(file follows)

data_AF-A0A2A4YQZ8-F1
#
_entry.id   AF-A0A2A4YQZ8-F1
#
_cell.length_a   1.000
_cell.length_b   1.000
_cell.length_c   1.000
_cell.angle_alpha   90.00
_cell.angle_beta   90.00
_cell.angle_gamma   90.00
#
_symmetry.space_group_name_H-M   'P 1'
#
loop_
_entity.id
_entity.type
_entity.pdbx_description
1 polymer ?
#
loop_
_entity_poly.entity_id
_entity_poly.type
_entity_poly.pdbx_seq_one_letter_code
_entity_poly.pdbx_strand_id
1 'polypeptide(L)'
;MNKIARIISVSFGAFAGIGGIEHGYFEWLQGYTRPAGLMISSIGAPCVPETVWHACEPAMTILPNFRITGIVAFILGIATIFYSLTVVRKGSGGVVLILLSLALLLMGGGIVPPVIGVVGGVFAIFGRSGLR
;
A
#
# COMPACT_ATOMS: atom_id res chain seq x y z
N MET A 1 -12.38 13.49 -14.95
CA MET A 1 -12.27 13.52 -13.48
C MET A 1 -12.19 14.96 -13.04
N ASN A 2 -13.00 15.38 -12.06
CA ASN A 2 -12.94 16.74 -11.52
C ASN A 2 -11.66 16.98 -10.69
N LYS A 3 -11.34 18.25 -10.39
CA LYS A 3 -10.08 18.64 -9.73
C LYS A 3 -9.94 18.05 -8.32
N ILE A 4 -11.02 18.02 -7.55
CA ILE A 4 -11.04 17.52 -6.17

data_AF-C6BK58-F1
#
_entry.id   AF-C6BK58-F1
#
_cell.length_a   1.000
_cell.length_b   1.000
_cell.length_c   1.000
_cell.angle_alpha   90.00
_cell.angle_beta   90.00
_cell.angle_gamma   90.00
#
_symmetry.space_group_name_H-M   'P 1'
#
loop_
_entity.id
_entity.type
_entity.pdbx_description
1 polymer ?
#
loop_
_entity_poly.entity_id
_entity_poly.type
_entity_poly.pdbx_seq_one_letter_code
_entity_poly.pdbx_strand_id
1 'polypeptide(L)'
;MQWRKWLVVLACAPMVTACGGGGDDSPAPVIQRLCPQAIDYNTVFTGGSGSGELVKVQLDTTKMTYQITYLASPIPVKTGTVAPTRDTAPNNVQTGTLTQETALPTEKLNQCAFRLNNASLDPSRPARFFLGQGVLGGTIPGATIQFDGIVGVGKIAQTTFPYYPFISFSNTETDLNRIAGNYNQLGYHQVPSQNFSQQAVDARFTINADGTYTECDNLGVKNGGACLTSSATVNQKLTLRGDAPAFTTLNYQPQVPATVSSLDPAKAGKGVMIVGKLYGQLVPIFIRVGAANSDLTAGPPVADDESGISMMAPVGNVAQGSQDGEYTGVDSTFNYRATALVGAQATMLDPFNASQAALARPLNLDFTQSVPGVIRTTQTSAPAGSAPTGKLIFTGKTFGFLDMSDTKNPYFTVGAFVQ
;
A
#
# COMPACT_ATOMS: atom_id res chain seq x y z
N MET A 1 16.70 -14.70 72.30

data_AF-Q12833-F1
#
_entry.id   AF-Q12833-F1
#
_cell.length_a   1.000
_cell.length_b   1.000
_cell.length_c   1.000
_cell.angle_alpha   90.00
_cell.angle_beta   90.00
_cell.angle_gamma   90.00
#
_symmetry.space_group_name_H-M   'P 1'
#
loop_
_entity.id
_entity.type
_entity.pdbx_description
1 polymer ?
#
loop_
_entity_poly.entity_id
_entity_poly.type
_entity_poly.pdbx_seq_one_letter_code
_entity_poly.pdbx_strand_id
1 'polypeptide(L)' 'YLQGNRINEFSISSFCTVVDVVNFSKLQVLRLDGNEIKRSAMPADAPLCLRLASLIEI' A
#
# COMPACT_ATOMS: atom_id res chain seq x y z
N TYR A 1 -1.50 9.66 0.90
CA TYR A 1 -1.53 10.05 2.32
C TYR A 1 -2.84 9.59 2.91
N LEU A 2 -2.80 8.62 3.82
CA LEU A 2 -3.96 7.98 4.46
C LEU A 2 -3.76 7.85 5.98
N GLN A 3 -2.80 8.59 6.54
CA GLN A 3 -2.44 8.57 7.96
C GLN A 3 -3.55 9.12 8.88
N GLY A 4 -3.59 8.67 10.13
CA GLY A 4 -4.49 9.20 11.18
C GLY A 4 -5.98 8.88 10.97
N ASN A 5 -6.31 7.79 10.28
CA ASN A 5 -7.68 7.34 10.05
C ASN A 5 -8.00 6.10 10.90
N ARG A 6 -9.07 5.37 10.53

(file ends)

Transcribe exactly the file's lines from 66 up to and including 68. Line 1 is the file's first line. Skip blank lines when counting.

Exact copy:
1 'polypeptide(L)'
;MQWRKWLVVLACAPMVTACGGGGDDSPAPVIQRLCPQAIDYNTVFTGGSGSGELVKVQLDTTKMTYQITYLASPIPVKTGTVAPTRDTAPNNVQTGTLTQETALPTEKLNQCAFRLNNASLDPSRPARFFLGQGVLGGTIPGATIQFDGIVGVGKIAQTTFPYYPFISFSNTETDLNRIAGNYNQLGYHQVPSQNFSQQAVDARFTINADGTYTECDNLGVKNGGACLTSSATVNQKLTLRGDAPAFTTLNYQPQVPATVSSLDPAKAGKGVMIVGKLYGQLVPIFIRVGAANSDLTAGPPVADDESGISMMAPVGNVAQGSQDGEYTGVDSTFNYRATALVGAQATMLDPFNASQAALARPLNLDFTQSVPGVIRTTQTSAPAGSAPTGKLIFTGKTFGFLDMSDTKNPYFTVGAFVQ
;